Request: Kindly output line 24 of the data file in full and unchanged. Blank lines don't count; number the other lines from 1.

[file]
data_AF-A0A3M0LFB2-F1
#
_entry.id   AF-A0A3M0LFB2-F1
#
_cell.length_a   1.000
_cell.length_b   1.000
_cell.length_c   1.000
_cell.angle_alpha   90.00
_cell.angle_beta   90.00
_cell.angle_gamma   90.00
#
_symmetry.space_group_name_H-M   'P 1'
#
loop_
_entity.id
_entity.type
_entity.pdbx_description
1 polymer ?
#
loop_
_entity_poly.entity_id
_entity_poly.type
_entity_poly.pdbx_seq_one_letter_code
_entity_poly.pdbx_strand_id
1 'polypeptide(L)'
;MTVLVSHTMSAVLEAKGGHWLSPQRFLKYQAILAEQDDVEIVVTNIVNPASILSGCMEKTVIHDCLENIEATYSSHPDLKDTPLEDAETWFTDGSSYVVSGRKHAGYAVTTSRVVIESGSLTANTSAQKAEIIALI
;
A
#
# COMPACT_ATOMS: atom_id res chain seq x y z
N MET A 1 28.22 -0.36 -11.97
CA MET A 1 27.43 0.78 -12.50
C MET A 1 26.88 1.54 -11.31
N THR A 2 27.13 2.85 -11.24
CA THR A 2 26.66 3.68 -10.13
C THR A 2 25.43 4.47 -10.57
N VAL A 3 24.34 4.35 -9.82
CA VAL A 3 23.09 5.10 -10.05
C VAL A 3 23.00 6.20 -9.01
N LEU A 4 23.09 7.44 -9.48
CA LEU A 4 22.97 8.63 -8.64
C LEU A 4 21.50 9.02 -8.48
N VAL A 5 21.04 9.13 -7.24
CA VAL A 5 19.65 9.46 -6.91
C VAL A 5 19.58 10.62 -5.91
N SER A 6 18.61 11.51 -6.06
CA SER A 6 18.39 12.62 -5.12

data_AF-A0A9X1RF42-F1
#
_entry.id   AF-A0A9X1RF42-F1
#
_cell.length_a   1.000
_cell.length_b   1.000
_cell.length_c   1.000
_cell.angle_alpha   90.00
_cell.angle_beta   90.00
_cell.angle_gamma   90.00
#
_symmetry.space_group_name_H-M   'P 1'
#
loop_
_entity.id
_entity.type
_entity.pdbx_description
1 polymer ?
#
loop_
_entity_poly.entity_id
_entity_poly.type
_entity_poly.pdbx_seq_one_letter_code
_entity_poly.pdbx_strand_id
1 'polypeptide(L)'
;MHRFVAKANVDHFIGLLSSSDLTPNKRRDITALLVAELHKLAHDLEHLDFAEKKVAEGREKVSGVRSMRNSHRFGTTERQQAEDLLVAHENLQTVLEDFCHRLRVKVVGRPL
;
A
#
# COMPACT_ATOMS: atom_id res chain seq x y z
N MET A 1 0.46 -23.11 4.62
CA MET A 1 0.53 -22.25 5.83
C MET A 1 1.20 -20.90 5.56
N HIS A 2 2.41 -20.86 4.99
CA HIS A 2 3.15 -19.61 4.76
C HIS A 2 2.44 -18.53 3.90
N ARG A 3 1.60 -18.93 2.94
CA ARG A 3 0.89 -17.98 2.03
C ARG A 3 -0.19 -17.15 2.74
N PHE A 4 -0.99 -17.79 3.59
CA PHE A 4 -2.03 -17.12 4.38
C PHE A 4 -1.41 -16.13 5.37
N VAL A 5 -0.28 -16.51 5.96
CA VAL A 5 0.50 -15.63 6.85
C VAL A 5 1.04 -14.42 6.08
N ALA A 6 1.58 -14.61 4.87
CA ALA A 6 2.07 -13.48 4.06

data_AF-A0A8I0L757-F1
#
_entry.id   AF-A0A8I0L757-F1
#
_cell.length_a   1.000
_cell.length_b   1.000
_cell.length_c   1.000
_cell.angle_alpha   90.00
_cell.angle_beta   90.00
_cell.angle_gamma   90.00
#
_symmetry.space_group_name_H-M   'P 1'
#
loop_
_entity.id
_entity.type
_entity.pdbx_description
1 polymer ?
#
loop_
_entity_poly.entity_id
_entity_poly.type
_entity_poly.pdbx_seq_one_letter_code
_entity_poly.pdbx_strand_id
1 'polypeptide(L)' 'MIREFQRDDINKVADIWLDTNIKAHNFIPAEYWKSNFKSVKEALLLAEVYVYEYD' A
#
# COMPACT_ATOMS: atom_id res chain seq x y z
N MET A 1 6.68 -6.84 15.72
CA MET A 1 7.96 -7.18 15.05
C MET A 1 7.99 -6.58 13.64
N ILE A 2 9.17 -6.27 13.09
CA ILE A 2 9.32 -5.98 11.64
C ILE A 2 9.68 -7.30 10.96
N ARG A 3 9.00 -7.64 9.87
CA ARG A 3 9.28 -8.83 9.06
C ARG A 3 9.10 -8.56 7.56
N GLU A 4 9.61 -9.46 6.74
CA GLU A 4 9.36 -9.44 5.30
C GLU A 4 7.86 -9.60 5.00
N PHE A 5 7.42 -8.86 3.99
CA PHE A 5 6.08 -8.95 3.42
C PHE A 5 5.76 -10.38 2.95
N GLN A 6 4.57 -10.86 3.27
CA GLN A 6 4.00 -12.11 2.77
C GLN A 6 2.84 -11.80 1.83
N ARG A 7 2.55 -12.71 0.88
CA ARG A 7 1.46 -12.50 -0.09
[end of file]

_entity_poly.pdbx_strand_id